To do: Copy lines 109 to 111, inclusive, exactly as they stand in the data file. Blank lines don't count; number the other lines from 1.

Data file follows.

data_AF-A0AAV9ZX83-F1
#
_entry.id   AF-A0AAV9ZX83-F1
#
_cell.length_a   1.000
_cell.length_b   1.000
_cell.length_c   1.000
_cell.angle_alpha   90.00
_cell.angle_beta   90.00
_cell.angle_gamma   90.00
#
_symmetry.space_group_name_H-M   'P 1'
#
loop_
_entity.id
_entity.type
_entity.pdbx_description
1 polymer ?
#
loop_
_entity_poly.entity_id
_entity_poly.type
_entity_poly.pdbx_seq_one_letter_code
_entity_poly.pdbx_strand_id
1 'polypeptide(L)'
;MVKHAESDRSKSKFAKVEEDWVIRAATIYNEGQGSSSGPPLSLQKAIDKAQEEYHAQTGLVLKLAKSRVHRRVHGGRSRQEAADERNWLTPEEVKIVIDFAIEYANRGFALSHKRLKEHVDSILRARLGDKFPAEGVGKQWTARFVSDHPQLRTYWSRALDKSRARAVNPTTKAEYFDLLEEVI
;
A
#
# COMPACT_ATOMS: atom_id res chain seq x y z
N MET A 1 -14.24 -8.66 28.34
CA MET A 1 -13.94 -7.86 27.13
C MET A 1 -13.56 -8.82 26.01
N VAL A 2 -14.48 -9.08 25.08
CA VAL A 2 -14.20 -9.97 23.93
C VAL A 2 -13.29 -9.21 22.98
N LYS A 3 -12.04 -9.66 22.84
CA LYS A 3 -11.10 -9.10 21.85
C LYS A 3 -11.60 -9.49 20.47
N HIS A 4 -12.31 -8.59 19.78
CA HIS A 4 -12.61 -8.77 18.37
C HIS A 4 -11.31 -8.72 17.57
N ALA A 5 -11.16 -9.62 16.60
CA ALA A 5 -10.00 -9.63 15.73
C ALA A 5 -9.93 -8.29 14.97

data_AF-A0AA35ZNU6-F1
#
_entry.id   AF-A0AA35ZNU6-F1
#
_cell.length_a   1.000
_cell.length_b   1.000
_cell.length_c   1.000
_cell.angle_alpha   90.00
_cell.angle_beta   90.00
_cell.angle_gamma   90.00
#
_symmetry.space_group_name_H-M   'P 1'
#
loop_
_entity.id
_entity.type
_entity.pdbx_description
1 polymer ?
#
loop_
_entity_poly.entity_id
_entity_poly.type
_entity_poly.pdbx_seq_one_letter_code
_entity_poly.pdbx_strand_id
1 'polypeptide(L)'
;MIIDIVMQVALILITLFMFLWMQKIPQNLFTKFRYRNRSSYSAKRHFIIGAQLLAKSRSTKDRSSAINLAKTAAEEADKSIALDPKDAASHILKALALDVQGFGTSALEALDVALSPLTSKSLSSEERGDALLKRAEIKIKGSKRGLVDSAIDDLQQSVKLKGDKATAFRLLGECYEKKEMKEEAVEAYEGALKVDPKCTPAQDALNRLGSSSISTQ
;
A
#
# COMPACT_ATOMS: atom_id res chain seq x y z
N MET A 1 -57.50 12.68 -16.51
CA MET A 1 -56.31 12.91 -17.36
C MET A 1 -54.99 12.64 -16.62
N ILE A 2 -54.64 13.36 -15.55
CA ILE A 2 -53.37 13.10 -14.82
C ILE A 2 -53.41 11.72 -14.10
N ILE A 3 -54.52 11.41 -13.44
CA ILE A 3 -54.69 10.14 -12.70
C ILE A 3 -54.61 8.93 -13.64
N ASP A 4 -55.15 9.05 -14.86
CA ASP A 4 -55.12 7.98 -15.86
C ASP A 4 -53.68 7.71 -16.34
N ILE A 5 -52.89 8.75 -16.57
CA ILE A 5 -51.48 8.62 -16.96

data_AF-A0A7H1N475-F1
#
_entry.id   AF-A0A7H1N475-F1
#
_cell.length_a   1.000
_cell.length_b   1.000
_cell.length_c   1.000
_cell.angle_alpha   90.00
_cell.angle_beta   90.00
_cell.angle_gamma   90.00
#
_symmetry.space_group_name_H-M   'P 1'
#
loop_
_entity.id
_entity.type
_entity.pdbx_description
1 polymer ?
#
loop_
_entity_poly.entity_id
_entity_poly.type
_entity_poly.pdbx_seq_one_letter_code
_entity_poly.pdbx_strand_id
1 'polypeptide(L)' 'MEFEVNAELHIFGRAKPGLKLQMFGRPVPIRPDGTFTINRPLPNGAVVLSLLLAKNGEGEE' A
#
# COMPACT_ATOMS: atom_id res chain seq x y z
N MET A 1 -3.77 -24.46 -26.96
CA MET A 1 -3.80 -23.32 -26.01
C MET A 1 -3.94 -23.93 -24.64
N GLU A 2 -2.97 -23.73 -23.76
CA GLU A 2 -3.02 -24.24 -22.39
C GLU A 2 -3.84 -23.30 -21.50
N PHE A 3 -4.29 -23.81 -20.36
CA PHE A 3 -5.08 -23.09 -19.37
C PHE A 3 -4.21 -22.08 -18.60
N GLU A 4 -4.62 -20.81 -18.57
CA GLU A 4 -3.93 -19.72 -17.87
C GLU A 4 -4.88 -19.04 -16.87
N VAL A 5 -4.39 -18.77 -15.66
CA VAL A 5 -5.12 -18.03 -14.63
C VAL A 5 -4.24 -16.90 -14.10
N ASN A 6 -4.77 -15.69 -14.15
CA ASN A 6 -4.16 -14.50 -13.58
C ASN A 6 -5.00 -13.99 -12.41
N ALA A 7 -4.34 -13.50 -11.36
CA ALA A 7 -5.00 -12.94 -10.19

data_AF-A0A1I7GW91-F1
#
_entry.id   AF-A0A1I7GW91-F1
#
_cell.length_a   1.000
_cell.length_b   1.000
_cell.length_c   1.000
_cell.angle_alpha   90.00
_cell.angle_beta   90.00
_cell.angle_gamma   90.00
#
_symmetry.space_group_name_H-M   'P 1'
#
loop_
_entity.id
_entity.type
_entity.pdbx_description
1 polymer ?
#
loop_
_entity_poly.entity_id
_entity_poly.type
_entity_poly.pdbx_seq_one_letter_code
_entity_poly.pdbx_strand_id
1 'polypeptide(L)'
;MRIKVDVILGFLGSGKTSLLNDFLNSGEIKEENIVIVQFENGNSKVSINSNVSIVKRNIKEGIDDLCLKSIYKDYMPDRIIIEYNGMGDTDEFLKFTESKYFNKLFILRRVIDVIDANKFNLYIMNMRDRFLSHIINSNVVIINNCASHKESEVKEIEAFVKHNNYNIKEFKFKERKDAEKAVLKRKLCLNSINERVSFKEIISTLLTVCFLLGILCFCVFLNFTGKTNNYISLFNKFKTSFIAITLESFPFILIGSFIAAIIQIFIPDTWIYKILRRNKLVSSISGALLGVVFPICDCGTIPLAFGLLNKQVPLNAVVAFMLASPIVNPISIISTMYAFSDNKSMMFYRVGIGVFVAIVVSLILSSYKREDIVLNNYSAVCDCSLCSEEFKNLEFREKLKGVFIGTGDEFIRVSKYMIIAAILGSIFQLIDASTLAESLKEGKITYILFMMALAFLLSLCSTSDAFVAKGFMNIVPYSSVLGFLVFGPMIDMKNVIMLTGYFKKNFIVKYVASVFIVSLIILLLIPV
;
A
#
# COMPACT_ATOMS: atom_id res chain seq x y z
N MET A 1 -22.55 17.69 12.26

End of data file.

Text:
loop_
_entity_poly.entity_id
_entity_poly.type